Google Aiding Your Search Engine Optimization Efforts
There’s always rumbling in the forum debating whether or not Google approves of webmasters performing search engine optimization on their sites or if Google simply views it as them "cluttering up" the search engine results page. For all you non-believers out there, I’d say Google’s recent actions are a clear sign that they have happily boarded the search engine optimization train. Choo, choo!
You may remember back in October when Google launched a free tool nicknamed Google Website Optimizer into private beta that allowed lucky testers to compare and switch out different site content to determine which version was more effective at turning visitors into customers. At the time, Google touted it as "the third leg" in the primary-colored Google stool that includes Google AdWords and Google Analytics. Well, today Google Website Optimizer is available to everyone. Rejoice in your ability to easily complete A/B testing. Huzzah!
According to Google, Website Optimizer:
"Helps online marketers increase visitor conversion rates and overall visitor satisfaction by continually testing different combinations of site content (text and images). Rather than sitting in a room and arguing over what will work better, you can save time and eliminate the guesswork by simply letting your visitors tell you what works best."
There’s been some debate over whether or not this is some form of cloaking, but Danny Sullivan covers the topic extensively over at Search Engine Land, so I’ll leave that to him. Personally, I’m more interested in the three-stool approach to search engine optimization Google has set up for site owners. With AdWords, Analytics, and an easy way to switch pages in and out to find the copy that produces the most conversions, it’s a clear sign to naysayer’s that Google is encouraging site owners to create better, more targeted optimized sites. There is a purpose being search engine optimization and it’s not just that we have nothing better to do on a Saturday night. Optimization makes sites better, it doesn’t clutter up the search results. Anything that dismisses that idea and legitimizes this industry to optimization as a viable investment is a positive thing in my book.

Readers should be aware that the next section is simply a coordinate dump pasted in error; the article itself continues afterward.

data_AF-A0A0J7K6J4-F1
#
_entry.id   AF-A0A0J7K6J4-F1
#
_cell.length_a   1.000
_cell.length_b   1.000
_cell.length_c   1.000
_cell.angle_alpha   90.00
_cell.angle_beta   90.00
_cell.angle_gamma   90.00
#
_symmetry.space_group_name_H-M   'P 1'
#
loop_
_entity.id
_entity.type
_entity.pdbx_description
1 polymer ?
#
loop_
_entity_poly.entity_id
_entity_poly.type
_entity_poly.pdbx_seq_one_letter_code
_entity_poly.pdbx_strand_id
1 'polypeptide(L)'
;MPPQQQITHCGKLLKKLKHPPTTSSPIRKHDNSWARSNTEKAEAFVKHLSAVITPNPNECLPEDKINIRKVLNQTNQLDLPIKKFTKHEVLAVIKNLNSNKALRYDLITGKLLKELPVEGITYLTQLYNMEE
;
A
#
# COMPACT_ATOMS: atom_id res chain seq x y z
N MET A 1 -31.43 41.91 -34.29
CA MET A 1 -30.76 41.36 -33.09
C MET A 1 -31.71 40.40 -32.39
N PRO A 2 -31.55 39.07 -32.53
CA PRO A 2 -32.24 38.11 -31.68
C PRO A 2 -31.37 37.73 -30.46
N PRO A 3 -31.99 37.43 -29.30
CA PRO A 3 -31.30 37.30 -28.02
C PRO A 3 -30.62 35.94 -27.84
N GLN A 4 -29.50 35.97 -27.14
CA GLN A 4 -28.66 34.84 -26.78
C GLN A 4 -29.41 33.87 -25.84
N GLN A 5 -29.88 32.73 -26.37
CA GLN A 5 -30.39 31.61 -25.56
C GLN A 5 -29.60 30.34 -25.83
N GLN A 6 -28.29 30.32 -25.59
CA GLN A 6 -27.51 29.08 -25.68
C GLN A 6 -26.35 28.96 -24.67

In a separate but equally optimization-friendly venture, Google AdSense has begun offering up monthly optimization reports for advertisers complete with little "tips" to help them monetize your site. If you’re thinking, "Huzzah, this means I can fire my optimization company", think again. The tips may be helpful for newbies just learning about search engine optimization, but for the rest of us, you’re not going to hear anything you didn’t already know. Especially when Google’s most common tip to advertisers seems to be to increase the number of ad units on their page. Um, yeah, I’ll take that into consideration.
Newbies may also have a difficult time taking advantage of the monthly optimization reports if they’re running more than one search engine optimization project since Google doesn’t specific which tip goes to which campaign. It’s probably good enough to serve as a starting place though and get site owners thinking about their sites.
3 Replies to “Google Aiding Your Search Engine Optimization Efforts”
The Google Website Optimizer actually goes beyond simple split or a/b testing. It is a multivariate testing tool that allows for concurrent testing of up to 8 intra-page variables (like copy, graphics, and forms). It not only tells you which elements were better, but which combination of elements was the most effective in driving conversions. Pretty cool. I have written an article on getting started with GWO at http://www.marketingpilgrim.com/2007/04/increase-conversion-rates-with-the-google-website-optimizer.html
Great article, Lisa!
We just posted an article outlining how to get your Google Website Optimizer experiments reporting in your Google Analytics account for much more in-depth info at http://www.roirevolution.com/blog/2007/04/google_website_optimizer_and_google_analytics_use.html.
As super-excited as I am about the Website Optimizer, this makes it just a touch cooler in my opinion :-)
A/B split and multivariate testing can be a powerful tool… but only if used properly. Tests not conducted with a stable control group (even if only in mind or on paper) and in a vacuum where other industry and/or traffic quality factors are held constant lose value quickly. I’m not much of a conspiracy theorist, but I wonder what effect all of this testing will have on the quality score of webmasters’ landing pages (and, following shortly, their CPC).